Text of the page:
In the “spirit” of Halloween, SPICY IP brings to you – a post about the Ouija board and its patent history. Read on for an interesting anecdote about a skeptical US patent examiner asking the inventor to provide a “working model”.
As a method of supposed communication with the spirit world, the Ouija board has both terrified and spooked a number of children and has been flogged to death as a plot vehicle in countless Hollywood horror flicks. Here’s where it comes from.
Spiritualism gained prominence in America in 19th century. As the Smithsonian reports, in 1886, the Associated Press reported on a new phenomenon taking over the spiritualists’ camps in Ohio, the talking board; a board, with letters, numbers and a planchette-like device to point to them.
The article gained popularity, but it was Elijah Bond, a local attorney who decided to act on it and filed a patent application in 1891. He wanted to protect the invention in order to commercially market the board as a toy/game. Apparently Elijah bond’s sister in law Helen Peters was a “medium” who regularly communicated with spirits!!
When the patent was filed in the US, the chief patent officer skeptical of the claims stated that “action on the merits is suspended, until device is proven by a working model to be operative”!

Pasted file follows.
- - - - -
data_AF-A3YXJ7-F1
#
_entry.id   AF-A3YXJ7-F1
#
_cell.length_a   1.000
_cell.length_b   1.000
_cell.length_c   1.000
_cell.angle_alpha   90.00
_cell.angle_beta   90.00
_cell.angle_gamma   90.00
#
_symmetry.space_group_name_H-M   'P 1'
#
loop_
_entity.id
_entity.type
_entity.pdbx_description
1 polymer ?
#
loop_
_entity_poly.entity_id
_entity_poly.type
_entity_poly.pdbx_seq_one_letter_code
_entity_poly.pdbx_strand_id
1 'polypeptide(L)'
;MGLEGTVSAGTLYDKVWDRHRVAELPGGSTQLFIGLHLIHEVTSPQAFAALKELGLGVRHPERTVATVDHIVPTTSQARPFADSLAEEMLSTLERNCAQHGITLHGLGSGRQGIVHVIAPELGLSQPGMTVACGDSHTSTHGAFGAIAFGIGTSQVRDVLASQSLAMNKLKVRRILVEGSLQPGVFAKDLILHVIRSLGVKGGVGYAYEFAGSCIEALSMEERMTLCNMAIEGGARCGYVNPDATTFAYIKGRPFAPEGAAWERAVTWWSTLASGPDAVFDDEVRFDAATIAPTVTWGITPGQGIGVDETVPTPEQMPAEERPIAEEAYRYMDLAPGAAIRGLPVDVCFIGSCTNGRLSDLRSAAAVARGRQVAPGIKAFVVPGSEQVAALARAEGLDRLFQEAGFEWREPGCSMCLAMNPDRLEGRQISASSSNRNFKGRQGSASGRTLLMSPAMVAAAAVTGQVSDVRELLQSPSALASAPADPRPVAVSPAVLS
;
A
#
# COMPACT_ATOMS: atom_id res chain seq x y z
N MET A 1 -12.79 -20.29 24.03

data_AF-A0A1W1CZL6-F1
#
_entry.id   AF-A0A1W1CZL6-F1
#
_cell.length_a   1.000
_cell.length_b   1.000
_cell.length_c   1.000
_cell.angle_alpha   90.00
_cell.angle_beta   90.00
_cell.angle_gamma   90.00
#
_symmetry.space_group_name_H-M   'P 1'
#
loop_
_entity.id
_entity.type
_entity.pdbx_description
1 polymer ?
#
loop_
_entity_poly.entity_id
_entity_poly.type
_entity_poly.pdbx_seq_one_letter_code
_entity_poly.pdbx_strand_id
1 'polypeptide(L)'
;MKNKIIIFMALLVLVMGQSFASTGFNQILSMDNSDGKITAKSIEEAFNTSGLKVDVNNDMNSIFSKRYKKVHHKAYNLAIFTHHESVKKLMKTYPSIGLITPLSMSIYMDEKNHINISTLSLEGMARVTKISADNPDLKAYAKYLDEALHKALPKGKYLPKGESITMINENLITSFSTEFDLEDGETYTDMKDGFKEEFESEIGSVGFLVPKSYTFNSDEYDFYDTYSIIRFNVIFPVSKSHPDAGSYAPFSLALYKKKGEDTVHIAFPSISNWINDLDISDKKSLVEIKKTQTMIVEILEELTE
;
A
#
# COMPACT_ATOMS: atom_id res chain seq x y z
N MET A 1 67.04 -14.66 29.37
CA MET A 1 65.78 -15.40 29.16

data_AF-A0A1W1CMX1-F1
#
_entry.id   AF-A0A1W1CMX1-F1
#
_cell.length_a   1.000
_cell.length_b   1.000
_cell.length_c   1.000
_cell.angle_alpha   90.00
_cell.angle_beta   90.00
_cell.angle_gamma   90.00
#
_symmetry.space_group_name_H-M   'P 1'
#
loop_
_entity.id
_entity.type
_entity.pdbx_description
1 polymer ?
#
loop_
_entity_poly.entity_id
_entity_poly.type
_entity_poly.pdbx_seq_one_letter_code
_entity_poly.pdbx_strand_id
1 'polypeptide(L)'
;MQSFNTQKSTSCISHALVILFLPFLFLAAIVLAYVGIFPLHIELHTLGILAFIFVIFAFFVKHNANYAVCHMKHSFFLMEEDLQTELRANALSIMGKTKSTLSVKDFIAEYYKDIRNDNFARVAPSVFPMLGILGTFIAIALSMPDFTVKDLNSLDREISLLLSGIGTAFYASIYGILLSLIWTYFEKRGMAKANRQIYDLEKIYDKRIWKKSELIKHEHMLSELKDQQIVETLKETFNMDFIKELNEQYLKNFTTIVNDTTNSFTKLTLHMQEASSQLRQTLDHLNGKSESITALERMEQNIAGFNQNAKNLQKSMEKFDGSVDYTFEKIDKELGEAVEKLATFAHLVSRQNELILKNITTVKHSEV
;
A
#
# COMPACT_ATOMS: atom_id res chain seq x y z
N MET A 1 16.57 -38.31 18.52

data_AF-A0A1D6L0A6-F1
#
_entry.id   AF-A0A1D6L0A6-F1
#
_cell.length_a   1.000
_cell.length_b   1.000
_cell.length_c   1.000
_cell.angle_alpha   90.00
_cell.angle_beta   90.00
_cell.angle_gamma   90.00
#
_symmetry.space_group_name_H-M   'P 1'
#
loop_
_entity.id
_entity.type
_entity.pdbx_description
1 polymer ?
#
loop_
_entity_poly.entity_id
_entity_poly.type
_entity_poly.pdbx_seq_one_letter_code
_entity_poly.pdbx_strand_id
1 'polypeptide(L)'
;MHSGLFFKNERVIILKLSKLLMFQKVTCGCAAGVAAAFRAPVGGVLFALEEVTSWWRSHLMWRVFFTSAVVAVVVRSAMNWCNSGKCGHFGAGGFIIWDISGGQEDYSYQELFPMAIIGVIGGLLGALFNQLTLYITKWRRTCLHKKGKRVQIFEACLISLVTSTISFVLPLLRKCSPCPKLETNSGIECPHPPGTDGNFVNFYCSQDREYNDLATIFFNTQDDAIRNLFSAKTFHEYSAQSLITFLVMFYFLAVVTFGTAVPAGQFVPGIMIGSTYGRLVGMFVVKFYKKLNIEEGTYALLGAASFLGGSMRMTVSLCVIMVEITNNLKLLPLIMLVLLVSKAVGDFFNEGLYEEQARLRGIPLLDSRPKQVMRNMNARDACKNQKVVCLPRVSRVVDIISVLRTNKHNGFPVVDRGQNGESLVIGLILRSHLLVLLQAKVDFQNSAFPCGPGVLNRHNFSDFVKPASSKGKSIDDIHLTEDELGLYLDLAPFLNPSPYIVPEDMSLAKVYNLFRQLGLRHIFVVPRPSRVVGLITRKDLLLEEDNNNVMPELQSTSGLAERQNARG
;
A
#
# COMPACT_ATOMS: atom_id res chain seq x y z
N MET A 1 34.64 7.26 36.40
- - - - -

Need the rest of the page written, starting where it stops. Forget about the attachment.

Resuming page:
Elijah bond the inventor on the patent application knew that the patent would be rejected if they couldn’t prove its working. Accompanied by his “medium” sister in law Helen Peters, Elijah bond went to the patent office in Washington for demonstration of the device. The Chief patent officer asked if the board could spell out his entire name (his full name wasn’t known to both Elijah bond and Helen peters).
If this isn’t bizarre enough, everyone sat down and conducted a séance – lo and behold the board spelled the patent officer’s name accurately. Nobody knows whether it was the mystical spirits or the ideomotor phenomena which caused this. However the patent officer was visibly spooked and granted the patent. The granted patent (US446054 A) can be accessed here. Subsequently an inventor named William Fuld bought this patent and went on to build an ouija board patent empire covering other aspects of ouija board and its improvements.
Strangely enough the patent office story is true and has been verified by Ouija board historian Robert Murch. As this article states “The first patent offers no explanation as to how the device works, just asserts that it does. That ambiguity and mystery was part of a more or less conscious marketing effort. These were very shrewd businessmen”
Wonder if the spirits got a share of the royalty!;)
That’s all for now folks! and Happy Halloween!